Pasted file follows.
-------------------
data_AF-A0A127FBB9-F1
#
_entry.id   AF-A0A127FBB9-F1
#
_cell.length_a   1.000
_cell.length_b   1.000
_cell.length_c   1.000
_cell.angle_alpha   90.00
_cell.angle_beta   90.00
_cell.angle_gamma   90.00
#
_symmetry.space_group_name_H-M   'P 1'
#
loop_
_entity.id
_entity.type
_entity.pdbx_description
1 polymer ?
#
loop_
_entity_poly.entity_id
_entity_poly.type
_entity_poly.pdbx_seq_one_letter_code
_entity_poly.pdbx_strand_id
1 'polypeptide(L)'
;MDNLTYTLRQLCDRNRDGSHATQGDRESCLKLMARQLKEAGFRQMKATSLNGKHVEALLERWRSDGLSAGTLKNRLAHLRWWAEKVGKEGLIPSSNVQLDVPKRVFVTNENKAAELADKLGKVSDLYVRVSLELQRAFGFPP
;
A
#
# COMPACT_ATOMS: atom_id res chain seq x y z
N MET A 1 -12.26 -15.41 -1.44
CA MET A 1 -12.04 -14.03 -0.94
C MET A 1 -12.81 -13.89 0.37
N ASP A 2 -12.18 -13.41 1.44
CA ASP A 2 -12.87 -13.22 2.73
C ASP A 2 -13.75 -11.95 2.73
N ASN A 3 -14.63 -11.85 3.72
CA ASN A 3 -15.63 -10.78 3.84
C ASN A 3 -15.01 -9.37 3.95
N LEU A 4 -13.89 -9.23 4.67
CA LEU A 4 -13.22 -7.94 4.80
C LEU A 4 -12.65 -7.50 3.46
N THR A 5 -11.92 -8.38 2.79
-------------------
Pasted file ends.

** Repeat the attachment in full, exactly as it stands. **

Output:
data_AF-A0A127FBB9-F1
#
_entry.id   AF-A0A127FBB9-F1
#
_cell.length_a   1.000
_cell.length_b   1.000
_cell.length_c   1.000
_cell.angle_alpha   90.00
_cell.angle_beta   90.00
_cell.angle_gamma   90.00
#
_symmetry.space_group_name_H-M   'P 1'
#
loop_
_entity.id
_entity.type
_entity.pdbx_description
1 polymer ?
#
loop_
_entity_poly.entity_id
_entity_poly.type
_entity_poly.pdbx_seq_one_letter_code
_entity_poly.pdbx_strand_id
1 'polypeptide(L)'
;MDNLTYTLRQLCDRNRDGSHATQGDRESCLKLMARQLKEAGFRQMKATSLNGKHVEALLERWRSDGLSAGTLKNRLAHLRWWAEKVGKEGLIPSSNVQLDVPKRVFVTNENKAAELADKLGKVSDLYVRVSLELQRAFGFPP
;
A
#
# COMPACT_ATOMS: atom_id res chain seq x y z
N MET A 1 -12.26 -15.41 -1.44
CA MET A 1 -12.04 -14.03 -0.94
C MET A 1 -12.81 -13.89 0.37
N ASP A 2 -12.18 -13.41 1.44
CA ASP A 2 -12.87 -13.22 2.73
C ASP A 2 -13.75 -11.95 2.73
N ASN A 3 -14.63 -11.85 3.72
CA ASN A 3 -15.63 -10.78 3.84
C ASN A 3 -15.01 -9.37 3.95
N LEU A 4 -13.89 -9.23 4.67
CA LEU A 4 -13.22 -7.94 4.80
C LEU A 4 -12.65 -7.50 3.46
N THR A 5 -11.92 -8.38 2.79